Visiting the Somme and Ypres – April 2015
My son and I recently joined a ‘Battlefield Tour’ run by Leger Holidays. We stayed at the Hotel Alize for three nights – in the Belgian town of Mouscron.
We started our tour in the Ypres Salient at Sanctuary Wood and walked along trenches where our soldiers had fought. Craters from various shells remain as do a few bullet-ridden trees, covered in poppies and crosses of Remembrance. We then looked round the battlefield on Hill 60 and Hill 62.
The day included a visit to the Tyne Cot cemetery which held row upon row of beautifully tended graves, some with no name. We visited a small museum where personal mementos and letters were displayed, along with the names of the dead, their ages and their photographs. We were mesmerised and found it hard to tear ourselves away. Tyne Cot is the world’s largest CWGC cemetery with 12,000 burials, A further 35,000 names are engraved on the memorial whose bodies were never found.
We also visited the Langemark German Cemetery which really was sombre and dark and the Brooding Soldier monument built in honour of Canadian soldiers who had encountered the first German gas attack.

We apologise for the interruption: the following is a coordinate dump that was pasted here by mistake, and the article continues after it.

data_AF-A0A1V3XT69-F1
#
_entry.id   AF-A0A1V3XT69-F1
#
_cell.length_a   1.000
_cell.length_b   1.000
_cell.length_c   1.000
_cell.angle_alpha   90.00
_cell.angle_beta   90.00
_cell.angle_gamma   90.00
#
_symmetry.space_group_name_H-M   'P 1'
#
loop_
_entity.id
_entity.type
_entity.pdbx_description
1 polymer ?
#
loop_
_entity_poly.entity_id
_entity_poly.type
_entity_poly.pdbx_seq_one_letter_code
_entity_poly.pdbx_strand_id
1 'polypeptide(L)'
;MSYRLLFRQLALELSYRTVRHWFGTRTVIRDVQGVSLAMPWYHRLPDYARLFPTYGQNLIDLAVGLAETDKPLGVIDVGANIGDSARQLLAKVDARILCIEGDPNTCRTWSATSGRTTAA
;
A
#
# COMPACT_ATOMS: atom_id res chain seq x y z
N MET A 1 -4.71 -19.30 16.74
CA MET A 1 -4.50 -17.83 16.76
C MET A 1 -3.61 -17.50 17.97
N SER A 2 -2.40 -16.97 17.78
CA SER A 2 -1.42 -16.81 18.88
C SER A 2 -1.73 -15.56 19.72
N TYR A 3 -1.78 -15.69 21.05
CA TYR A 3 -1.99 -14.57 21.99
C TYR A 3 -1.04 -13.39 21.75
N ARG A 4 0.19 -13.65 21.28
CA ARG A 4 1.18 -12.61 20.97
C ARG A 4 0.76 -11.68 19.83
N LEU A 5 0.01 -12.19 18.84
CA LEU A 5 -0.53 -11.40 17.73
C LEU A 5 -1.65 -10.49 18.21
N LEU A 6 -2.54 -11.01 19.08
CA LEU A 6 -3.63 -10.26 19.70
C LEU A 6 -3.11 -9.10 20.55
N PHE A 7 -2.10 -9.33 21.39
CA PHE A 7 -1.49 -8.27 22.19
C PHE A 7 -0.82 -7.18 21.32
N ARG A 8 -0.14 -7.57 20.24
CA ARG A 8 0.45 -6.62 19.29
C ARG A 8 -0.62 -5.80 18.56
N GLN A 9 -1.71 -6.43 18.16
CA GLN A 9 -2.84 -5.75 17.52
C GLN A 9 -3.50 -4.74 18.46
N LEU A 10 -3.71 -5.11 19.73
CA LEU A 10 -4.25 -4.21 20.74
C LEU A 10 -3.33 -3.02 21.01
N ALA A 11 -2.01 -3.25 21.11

Our day ended in Ypres where, every evening at 8pm, the Last Post is sounded by buglers at the Menin Gate. 55,000 names of soldiers who have no known resting place are recorded here. Standing there and listening to the Last Post being played, while the crowd were totally silent and as we looked at all those thousands of names engraved on the walls, was a moving and unforgettable experience.
On day two we visited the Somme and walked in the footsteps of a lost generation. Along the route can be seen unexploded shells, which are being found by local farmers when their fields are ploughed. Our journey took us to Newfoundland Park and then to the Lachnegar Crater – the largest crater on the Western Front. A visit was made to the Thiepval Memorial to the Missing. 72,000 names are inscribed there, 90 percent of those listed, died in the 1916 Battle of the Somme.
During our tour, we visited many Commonwealth cemeteries created for the fallen of WW1, all of them are filled with English flowers and, thanks to the War Graves Commission, are kept immaculately as lasting monuments to the fallen.
Even though our itinerary stuck to a tight schedule we managed to find a few names from the Nether Alderley War Memorial. These discoveries helped to equate those men to their lives, occupations and families, before they went on the one-way trip to France & Belgium. All in all a trip we will never forget!